Lady Chatterley's Lover

Lady Chatterley's Lover: Selected full-text books and articles

Lady Chatterley's Lover By D. H. Lawrence Grove Press, 1959 (3rd edition)
A primary source is a work that is being studied, or that provides first-hand or direct evidence on a topic. Common types of primary sources include works of literature, historical documents, original philosophical writings, and religious texts.
Suppressed Books: A History of the Conception of Literary Obscenity By Alec Craig World Publishing, 1963
Librarian's tip: Chap. XIV "Lady Chatterley's Lover"
Modernism and the Theater of Censorship By Adam Parkes Oxford University Press, 1996
Librarian's tip: Chap. 3 "Postwar Hysteria: The Case of Lady Chatterley's Lover"
The Novels of D. H. Lawrence: A Search for Integration By John E. Stoll University of Missouri Press, 1971
Librarian's tip: Chap. VIII "The Search for Limits: Lady Chatterley's Lover"
Defiant Desire: Some Dialectical Legacies of D.H. Lawrence By Kingsley Widmer Southern Illinois University Press, 1992
Librarian's tip: Chap. 3 "Problems of Desire in Lady Chatterley's Lover"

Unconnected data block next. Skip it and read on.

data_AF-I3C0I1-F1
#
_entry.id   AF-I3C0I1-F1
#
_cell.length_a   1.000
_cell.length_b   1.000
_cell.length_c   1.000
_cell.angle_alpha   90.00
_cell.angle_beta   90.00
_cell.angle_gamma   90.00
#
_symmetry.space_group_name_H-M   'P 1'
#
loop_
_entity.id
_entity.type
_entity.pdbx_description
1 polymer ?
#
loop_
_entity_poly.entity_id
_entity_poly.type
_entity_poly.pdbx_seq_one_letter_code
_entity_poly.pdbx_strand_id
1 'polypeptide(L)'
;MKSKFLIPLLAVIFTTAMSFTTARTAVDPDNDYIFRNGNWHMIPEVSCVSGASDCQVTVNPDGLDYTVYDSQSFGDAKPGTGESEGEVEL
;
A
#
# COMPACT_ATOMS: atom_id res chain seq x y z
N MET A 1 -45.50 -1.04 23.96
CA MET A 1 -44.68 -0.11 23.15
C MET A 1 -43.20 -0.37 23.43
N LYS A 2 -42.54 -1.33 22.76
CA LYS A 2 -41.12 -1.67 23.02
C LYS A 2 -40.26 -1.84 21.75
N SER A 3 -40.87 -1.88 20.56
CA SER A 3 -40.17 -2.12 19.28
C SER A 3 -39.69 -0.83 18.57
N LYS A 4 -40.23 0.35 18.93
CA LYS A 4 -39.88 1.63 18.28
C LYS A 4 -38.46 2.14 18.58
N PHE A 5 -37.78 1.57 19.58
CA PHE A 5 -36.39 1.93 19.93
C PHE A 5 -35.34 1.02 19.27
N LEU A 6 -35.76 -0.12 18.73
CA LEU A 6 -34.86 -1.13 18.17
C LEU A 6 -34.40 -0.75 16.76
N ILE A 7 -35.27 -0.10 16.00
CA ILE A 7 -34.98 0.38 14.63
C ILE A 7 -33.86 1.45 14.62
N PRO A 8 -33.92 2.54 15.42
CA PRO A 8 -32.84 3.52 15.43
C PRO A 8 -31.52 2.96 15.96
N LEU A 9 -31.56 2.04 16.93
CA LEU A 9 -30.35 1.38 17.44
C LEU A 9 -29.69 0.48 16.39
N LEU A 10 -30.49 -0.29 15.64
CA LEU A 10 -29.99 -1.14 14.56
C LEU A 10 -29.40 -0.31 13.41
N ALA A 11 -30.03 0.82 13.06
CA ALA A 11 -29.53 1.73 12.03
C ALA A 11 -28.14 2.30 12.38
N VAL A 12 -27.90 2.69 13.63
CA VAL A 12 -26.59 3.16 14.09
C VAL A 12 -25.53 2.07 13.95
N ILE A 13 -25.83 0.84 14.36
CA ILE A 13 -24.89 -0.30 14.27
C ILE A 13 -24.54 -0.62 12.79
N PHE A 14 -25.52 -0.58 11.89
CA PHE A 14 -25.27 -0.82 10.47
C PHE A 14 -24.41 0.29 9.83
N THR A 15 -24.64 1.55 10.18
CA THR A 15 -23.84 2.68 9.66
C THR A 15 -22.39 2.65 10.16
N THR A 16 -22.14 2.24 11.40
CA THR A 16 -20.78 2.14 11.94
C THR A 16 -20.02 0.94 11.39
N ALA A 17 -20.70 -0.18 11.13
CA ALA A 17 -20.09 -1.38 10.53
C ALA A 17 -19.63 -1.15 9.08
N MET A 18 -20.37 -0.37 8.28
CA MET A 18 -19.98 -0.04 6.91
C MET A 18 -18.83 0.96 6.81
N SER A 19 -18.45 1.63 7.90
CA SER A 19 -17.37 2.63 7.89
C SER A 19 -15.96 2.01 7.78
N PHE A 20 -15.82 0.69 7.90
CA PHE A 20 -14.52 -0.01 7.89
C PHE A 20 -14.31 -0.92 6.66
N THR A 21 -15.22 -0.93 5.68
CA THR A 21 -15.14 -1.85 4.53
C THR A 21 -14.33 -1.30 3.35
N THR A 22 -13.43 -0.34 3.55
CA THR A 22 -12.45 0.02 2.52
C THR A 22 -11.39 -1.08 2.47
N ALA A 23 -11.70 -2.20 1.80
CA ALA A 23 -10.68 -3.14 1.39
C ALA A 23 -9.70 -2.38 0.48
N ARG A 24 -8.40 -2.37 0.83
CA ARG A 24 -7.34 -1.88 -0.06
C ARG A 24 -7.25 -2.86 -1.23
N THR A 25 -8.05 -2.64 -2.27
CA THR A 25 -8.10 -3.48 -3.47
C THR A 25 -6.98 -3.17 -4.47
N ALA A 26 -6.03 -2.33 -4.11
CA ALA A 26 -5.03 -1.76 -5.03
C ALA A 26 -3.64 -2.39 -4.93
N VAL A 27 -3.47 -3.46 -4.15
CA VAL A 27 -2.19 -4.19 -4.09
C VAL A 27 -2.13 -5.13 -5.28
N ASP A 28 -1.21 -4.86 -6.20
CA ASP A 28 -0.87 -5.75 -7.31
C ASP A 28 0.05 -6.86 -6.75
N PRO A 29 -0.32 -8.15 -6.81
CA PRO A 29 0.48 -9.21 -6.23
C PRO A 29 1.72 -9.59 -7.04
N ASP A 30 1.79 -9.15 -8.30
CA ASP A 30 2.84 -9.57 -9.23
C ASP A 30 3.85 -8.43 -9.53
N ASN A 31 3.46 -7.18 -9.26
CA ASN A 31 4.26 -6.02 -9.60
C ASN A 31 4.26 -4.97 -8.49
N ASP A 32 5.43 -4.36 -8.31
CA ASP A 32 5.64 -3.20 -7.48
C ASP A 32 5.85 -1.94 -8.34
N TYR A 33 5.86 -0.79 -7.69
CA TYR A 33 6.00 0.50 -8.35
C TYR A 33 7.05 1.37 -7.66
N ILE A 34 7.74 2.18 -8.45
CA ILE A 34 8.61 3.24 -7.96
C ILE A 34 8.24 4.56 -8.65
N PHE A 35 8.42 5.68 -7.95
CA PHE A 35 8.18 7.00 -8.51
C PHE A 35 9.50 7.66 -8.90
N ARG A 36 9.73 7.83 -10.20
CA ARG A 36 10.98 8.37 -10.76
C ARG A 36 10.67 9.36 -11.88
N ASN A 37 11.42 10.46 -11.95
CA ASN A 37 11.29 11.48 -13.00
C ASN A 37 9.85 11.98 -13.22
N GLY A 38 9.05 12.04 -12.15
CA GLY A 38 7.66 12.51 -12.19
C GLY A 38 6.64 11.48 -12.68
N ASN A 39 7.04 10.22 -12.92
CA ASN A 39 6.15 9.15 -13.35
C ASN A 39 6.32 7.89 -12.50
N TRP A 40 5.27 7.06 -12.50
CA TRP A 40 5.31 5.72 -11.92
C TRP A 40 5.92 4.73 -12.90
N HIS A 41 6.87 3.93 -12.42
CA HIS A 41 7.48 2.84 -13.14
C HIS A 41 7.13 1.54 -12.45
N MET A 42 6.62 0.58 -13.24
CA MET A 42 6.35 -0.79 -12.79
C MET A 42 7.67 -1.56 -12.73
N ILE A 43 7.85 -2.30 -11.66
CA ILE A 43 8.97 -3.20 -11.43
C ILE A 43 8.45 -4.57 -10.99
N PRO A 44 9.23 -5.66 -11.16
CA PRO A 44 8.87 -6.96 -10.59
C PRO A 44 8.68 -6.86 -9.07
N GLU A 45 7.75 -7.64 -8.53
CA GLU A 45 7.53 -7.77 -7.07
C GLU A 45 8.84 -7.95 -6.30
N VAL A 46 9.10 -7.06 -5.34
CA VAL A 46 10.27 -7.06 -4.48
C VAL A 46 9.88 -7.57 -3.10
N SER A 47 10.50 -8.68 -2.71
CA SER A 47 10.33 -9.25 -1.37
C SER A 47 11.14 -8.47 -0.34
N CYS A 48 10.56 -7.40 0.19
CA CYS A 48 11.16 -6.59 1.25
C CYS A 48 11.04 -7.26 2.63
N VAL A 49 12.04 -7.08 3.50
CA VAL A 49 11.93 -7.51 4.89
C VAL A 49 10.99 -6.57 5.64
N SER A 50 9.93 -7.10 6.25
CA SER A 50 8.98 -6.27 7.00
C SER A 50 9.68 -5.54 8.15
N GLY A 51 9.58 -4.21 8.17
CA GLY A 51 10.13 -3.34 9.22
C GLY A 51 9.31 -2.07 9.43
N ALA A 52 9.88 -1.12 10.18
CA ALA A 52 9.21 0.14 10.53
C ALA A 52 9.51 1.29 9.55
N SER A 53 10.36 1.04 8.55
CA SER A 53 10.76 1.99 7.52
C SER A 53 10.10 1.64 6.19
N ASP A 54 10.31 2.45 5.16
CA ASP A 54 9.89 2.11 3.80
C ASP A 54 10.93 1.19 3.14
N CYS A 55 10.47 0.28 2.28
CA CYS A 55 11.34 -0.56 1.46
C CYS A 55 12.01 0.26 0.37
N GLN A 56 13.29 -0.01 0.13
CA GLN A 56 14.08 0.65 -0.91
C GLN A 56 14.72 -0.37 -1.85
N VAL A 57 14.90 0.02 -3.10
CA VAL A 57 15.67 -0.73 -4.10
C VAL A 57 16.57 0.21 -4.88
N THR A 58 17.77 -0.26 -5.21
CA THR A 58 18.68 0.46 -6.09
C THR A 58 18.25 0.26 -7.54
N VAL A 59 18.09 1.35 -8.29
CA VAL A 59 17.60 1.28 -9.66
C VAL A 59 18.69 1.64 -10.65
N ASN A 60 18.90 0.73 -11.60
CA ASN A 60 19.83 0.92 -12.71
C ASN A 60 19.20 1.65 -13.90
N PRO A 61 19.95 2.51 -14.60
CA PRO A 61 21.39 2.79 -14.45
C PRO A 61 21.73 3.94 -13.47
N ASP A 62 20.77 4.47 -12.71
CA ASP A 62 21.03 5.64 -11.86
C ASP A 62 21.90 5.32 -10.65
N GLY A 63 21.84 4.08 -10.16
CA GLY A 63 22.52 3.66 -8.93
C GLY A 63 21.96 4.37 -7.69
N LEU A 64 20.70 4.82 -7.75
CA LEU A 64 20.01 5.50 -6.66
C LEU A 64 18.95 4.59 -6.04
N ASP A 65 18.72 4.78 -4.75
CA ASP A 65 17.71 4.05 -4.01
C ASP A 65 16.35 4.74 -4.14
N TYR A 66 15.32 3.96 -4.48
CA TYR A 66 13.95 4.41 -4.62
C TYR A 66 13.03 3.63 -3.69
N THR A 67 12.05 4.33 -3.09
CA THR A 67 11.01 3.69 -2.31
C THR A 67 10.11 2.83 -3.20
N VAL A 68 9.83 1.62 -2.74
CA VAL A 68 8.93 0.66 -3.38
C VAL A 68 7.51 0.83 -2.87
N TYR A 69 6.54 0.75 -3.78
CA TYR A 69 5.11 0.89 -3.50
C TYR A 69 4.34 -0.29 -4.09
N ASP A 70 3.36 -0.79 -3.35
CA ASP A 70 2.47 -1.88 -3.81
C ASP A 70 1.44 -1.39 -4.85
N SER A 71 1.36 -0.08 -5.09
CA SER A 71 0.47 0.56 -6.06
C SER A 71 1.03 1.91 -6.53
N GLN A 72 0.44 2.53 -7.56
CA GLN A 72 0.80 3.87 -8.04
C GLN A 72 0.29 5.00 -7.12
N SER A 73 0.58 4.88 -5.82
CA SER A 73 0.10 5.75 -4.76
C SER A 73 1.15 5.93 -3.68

The Chatterley/Bolton Affair: The Freudian Path of Regression in Lady Chatterley's Lover By Doherty, Gerald Papers on Language & Literature, Fall 1998
Peer-reviewed publications on Questia are publications containing articles which were subject to evaluation for accuracy and substance by professional peers of the article's author(s).
D. H. Lawrence: The Failure and the Triumph of Art By Eliseo Vivas Northwestern University Press, 1960
Librarian's tip: Chap. Five "Lady Chatterley's Lover"
Theorizing Lawrence: Nine Meditations on Tropological Themes By Gerald Doherty Peter Lang, 1999
Librarian's tip: Chap. 6 "Lady Chatterley's Lover: Metaphor and Mental Disturbance"
Modern British Fiction By Mark Schorer Oxford University Press, 1961
Librarian's tip: Chap. 18 "On Lady Chatterley's Lover"
D. H. Lawrence: The Man Who Lived By Robert B. Partlow Jr.; Harry T. Moore Southern Illinois University Press, 1980
Librarian's tip: "Editing Lady Chatterley's Lover" begins on p. 62, and "The Loving of Lady Chatterley: D. H. Lawrence and the Phallic Imagination" begins on p. 143
Classic Cult Fiction: A Companion to Popular Cult Literature By Thomas Reed Whissen Greenwood Press, 1992
Librarian's tip: Discussion of Lady Chatterley's Lover begins on p. 124
The Callisto Myth from Ovid to Atwood: Initiation and Rape in Literature By Kathleen Wall McGill-Queens University Press, 1988
Librarian's tip: Chap. Nine "Lady Chatterley's Lover: Liberating the Myth"
The Maze in the Mind and the World: Labyrinths in Modern Literature By Donald Gutierrez Whitston, 1985
Librarian's tip: Chap. 4 "'The Impossible Notation': The Sodomy Scene in Lady Chatterley's Lover"
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